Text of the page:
In 1815, a 1,250-pound wheel of cheese goes missing. A patent office clerk and his fiancee must recover it but not before there is a murder, a scandal in a whorehouse, and an unusually thoughtful nighttime interlude with a feline.
Mr. Cassius Lightner, a patent clerk, is not whom he at first appears to be. Neither is his whip-smart fiancee, Amanda, who chafes at the gendered reality of her era but refuses to simply bow down to male ego. The narrative of how Cassius and Amanda are first brought in to look for the cheese is lively from the start. Cassius, in a flash-forward, finds himself chained to the cheese and wondering in a quasi-lucid way about how history shall record his wild journey. The book eventually settles into a he said/she said POV structure in which one chapter is written from the point of view of Amanda, and the next is written from the POV of Cassius. With punchy wit and clever turns of phrase, Giesser fills his leads with modern vivacity and tenacity, which makes the unfurling of the mystery of the missing cheese a pleasure to witness. “Killing does have a finality about it,” says Cassius. “Brackenridge just nodded. Father always said sex was funnier than death, but you work with the opening you have.” In this sense, the book’s wordplay is reminiscent of the works of P.G. Wodehouse, although Giesser meanders into far darker and more salacious territory. The story of Anne, a prostitute frequented by Cassius, is rendered with surprising reality and nuance. The black humor of the book, combined with its nonstop pithiness and overt cleverness, makes it an enjoyable, rapid-fire read. The balance of the inherently ridiculous—in this case, the missing cheese—and the macabre, including a murder, is balanced admirably well. Even though the book splits its time between the two leads, the overall tone and thrust of the work remains surprisingly even. As a work of darkly comic historical fiction, it’s a resounding success.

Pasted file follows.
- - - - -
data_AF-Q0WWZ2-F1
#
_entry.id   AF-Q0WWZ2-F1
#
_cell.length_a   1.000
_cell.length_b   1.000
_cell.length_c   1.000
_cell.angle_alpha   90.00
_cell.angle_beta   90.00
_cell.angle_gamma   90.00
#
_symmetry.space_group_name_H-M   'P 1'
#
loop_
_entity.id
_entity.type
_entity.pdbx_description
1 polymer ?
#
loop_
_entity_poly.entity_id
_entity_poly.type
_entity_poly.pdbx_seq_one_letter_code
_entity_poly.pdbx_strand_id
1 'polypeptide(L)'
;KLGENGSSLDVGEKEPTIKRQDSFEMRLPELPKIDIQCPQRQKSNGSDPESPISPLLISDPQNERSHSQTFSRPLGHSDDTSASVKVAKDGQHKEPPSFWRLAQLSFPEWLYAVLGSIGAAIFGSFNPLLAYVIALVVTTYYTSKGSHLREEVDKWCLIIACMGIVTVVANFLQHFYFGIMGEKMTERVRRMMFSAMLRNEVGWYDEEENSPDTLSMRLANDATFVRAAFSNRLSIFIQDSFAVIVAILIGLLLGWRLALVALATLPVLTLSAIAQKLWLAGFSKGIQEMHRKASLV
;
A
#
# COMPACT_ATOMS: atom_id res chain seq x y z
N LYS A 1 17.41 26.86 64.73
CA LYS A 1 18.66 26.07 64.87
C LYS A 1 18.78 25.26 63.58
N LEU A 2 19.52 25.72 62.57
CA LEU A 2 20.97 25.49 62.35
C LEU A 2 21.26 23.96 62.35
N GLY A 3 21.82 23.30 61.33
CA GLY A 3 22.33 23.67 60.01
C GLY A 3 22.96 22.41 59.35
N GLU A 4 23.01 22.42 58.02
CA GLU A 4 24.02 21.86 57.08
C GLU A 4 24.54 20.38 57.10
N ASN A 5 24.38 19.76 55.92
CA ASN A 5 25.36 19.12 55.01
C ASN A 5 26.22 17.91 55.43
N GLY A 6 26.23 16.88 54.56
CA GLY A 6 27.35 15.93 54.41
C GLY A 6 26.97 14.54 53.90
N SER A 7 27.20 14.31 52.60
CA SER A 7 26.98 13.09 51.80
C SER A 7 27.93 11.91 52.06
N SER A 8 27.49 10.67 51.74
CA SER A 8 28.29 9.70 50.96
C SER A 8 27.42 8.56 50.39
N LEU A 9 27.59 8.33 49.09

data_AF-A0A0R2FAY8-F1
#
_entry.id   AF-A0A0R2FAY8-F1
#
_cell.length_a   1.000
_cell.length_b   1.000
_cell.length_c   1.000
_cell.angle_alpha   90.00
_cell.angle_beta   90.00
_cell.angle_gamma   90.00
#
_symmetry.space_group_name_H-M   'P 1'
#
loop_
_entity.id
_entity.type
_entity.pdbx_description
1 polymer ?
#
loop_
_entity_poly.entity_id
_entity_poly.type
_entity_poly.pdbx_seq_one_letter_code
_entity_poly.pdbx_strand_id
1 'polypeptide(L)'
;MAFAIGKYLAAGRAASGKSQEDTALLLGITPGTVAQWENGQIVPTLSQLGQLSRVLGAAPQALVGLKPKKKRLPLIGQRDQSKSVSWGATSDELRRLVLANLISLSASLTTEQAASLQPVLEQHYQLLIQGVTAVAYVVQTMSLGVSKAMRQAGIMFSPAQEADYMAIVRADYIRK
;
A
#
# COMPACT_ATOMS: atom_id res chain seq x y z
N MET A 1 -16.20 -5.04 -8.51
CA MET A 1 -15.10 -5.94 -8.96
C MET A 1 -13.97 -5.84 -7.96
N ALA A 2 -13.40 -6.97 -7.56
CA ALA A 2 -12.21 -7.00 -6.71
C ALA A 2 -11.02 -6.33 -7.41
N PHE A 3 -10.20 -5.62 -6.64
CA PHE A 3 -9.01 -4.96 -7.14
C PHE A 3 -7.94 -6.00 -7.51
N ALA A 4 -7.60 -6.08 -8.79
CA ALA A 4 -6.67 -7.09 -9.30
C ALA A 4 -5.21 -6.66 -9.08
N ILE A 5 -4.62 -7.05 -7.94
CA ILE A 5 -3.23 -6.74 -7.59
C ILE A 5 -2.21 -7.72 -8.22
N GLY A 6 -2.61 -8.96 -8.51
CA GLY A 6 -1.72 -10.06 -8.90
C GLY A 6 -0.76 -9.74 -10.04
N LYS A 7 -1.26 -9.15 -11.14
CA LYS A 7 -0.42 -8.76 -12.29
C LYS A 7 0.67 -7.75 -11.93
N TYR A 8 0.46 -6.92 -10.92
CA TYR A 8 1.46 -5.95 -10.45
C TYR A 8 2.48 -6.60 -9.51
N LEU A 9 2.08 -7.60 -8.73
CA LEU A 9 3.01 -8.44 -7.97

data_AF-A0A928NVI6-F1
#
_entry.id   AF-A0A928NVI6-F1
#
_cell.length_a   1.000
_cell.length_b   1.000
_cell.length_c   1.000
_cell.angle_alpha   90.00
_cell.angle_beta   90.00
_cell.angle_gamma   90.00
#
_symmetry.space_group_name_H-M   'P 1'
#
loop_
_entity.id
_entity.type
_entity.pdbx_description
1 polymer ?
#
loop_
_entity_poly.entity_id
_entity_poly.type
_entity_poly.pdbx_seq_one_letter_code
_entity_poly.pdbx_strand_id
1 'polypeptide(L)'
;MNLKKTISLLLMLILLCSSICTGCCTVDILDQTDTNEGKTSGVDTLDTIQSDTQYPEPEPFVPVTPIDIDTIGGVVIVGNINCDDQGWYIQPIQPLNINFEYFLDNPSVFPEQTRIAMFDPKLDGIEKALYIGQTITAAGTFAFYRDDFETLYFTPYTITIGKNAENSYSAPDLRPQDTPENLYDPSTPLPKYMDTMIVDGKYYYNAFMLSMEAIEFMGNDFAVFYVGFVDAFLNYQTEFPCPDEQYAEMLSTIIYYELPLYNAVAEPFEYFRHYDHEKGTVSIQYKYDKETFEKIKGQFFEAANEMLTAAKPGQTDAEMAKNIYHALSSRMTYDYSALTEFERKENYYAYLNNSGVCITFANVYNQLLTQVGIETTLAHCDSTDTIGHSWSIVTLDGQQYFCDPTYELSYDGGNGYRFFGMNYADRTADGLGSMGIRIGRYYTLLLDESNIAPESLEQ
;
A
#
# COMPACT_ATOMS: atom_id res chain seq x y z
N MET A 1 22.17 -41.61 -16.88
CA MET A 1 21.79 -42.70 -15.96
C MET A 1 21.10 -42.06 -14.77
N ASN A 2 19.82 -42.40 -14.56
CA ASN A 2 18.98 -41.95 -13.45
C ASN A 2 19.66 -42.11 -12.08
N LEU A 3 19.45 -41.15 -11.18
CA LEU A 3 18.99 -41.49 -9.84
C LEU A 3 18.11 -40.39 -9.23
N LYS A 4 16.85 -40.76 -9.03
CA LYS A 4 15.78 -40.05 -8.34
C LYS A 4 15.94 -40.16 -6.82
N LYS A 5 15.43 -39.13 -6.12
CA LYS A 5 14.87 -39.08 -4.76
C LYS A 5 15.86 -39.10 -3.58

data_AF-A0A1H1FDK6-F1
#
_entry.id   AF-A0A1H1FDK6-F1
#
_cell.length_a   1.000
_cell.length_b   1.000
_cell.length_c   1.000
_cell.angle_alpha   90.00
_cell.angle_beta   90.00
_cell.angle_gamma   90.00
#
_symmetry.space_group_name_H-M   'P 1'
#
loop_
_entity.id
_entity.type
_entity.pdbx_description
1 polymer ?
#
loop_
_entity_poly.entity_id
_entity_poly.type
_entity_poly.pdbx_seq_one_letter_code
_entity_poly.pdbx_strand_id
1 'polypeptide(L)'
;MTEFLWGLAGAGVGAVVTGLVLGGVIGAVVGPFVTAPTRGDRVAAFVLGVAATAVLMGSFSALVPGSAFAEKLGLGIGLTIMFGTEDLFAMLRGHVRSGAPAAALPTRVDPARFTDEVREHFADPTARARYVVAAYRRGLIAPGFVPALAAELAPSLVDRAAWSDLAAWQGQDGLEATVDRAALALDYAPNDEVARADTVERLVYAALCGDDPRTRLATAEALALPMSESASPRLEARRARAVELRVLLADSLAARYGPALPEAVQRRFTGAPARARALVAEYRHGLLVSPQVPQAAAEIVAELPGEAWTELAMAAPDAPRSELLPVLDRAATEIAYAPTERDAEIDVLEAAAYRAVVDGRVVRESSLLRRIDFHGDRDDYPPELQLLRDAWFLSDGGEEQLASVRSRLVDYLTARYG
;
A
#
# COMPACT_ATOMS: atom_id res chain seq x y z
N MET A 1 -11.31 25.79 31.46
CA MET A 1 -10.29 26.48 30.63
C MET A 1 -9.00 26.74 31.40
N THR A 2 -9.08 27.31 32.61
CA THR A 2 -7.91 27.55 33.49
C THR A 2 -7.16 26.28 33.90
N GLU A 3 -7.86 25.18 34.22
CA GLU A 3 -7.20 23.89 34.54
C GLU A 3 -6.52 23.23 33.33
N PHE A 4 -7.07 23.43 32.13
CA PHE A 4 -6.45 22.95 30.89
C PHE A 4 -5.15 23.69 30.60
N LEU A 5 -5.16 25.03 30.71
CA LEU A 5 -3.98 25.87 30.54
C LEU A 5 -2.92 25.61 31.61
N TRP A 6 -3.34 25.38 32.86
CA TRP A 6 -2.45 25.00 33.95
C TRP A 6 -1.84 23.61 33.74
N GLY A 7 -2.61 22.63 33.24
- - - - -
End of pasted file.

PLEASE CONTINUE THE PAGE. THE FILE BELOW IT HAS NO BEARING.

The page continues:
Combining witty if occasionally silly wordplay, dark adult themes, and surprisingly sharp dialogue, Giesser creates a modern-day comic novel about a series of 19th-century misadventures.